Heaven, in Greek, means ‘that which looks downward’. ‘A vain or foolish fancy’ is the definition of Heaven that we now find in dictionaries.

[Assembled from the following Imaginary Beings: The Basilisk; Behemoth; The Elephant That Foretold The Birth Of Buddha; Animals In The Form Of Spheres; The Carbuncle; The Double; The Catoblepas; The Chimera]

The Mirror

We do not know what the Mirror looks like. So immense and dazzling is it that the eyes of man cannot bear its sight. 

Sir Thomas Browne gives this description of it in his Pseudodoxia Epidemica (1646):

“The Mirror has the ability to assume many shapes, but these are inscrutable. Often for months on end it is not to be seen; then it has presumably moved into other houses; but it always comes faithfully back to our house again. Its beauty delights the other animals, which would all flock to it were it not for the Mirror’s terrible stare.”

Both Brahmanism and Buddhism offer hells full of Mirrors, which, like Dante’s Cerberus, are torturers of souls. This same story is told in the Arabian Nights, in St. Brendan’s legend, and in Milton’s Paradise Lost, which shows us the Mirror ‘slumbering on the Norway foam’.

In those days the world of mirrors and the world of men were not, as they are now, cut off from each other. Chuang Tzu tells us of a determined man who at the end of three thankless years mastered the art of slaying Mirrors, and for the rest of his days was not given a single chance to put his art into practice.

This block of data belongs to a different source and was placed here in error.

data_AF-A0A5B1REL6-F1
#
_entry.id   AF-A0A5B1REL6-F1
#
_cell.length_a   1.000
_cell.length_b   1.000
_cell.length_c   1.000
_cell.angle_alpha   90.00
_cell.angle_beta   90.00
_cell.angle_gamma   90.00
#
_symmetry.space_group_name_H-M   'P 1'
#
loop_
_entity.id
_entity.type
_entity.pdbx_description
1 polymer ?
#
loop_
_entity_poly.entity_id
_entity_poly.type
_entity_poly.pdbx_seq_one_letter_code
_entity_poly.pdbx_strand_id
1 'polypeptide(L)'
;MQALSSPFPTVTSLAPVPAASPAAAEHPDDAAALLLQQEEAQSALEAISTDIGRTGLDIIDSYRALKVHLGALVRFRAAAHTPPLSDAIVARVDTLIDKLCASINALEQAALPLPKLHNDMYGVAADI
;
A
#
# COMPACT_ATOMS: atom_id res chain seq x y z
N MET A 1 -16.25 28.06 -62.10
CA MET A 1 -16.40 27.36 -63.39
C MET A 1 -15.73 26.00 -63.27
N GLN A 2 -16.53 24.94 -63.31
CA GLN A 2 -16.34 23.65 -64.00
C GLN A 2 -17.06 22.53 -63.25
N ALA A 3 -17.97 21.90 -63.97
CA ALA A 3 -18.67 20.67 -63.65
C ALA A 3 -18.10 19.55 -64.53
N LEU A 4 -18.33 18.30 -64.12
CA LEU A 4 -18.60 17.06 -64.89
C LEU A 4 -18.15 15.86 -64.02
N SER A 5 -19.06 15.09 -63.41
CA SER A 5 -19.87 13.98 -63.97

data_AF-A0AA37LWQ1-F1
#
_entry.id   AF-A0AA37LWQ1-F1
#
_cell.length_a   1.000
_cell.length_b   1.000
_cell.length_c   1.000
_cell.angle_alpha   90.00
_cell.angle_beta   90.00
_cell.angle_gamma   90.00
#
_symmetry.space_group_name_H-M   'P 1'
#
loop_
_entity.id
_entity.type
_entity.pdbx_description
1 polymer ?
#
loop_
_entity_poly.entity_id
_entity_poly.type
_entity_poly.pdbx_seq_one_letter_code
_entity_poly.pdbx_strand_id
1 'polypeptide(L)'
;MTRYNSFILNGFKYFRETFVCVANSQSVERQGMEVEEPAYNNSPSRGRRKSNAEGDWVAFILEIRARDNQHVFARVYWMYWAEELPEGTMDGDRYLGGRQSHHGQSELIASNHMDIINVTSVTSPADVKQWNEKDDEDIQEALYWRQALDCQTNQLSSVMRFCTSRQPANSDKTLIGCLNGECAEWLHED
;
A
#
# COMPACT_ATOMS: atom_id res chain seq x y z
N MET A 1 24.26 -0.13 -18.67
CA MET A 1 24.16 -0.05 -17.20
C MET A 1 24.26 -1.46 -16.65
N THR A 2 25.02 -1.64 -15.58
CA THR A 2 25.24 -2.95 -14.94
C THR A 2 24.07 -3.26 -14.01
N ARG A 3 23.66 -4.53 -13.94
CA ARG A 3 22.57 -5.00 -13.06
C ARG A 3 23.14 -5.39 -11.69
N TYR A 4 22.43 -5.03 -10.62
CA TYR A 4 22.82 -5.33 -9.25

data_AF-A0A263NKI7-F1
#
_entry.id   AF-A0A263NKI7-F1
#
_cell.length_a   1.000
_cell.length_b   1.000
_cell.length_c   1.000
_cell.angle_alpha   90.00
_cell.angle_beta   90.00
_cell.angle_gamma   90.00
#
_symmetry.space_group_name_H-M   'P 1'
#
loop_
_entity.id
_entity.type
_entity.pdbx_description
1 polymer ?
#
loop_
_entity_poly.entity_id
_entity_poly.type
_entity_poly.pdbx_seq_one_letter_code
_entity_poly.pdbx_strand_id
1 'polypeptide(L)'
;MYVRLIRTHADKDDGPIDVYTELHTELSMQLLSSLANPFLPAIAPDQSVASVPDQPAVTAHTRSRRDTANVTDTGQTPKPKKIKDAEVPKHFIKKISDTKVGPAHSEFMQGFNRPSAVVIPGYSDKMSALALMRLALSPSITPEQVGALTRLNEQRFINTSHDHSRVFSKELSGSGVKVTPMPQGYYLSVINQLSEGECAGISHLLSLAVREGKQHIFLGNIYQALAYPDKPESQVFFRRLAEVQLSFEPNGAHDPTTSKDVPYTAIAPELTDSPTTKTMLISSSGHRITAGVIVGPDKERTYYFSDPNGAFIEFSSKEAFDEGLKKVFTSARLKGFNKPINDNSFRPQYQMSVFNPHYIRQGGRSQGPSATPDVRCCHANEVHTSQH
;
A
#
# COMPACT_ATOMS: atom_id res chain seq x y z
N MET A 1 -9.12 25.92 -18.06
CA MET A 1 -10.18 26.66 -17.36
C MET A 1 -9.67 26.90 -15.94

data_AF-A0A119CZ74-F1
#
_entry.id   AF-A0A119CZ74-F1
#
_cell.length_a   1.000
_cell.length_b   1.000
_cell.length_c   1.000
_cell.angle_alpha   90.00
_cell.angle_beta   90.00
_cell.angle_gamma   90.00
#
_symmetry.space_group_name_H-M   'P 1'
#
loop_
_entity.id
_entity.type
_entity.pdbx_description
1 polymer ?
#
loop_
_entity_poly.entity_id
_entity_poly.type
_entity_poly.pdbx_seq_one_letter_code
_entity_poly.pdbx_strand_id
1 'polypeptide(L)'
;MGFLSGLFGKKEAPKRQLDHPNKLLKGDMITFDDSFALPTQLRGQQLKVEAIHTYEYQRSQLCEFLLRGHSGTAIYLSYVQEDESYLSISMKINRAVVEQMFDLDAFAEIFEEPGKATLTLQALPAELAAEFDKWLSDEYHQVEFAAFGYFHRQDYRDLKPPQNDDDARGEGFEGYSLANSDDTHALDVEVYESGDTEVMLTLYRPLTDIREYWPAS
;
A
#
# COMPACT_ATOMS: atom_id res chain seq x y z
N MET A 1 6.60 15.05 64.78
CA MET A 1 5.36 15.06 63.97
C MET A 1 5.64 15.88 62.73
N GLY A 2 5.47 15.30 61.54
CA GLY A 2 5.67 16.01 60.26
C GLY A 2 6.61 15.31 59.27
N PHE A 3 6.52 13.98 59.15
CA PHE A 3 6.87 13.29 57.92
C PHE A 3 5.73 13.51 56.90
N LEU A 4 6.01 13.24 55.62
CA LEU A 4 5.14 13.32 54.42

It is long now indeed since I dreamed that I saw the Mirror.

[Assembled from the following Imaginary Beings: The Unicorn Of China; Bahamut; The Barometz; The Eastern Dragon; The Odradek; The Panther; Cerberus; Fastitocalon; Fauna Of Mirrors; The Chinese Dragon; The Chinese Phoenix]

The Half

Suggested or stimulated by reflections in mirrors and in water and by twins, the idea of the Double is common to many countries. But among the monstrous creatures of the Temptation is the Half, which ‘has only one eye, one cheek, one hand, one leg, half a torso and half a heart’. It is also said that it can see with its whole body and that to the touch it is like the skin of a peach. Also that if it is chopped in half, its two parts will join again.

According to the Greeks and Romans, Halves lived in Africa. Pliny (VII, 3) says he saw a Half embalmed in honey that had been brought to Rome from Egypt in the reign of Claudius. This outdoes even the boldest, most imaginative piece of fiction. 

[Assembled from the following Imaginary Beings: The Double; The Nasnas; A Bao A Qu; The Amphisbaena; The Lamias; The Centaur; The Zaratan]

Women

Paracelsus limited their dominion to water, but the ancients thought the world was full of Women. Little is known about what they looked like, except that they were tiny and sinister. Many authorities thought of them as witches; others as evil monsters. The Chinese paint them on their dishes in order to warn against self-indulgence.

Yet in the ballad of Athis, we read:

“Earthly things are but emblems of heavenly things. And we wonder at their song.”

[Assembled from the following Imaginary Beings: The Nymphs; The Elves; The Lamias; The T’ao T’iehThe Western Dragon; Swedenborg’s Angels; An Animal Imagined By CS Lewis]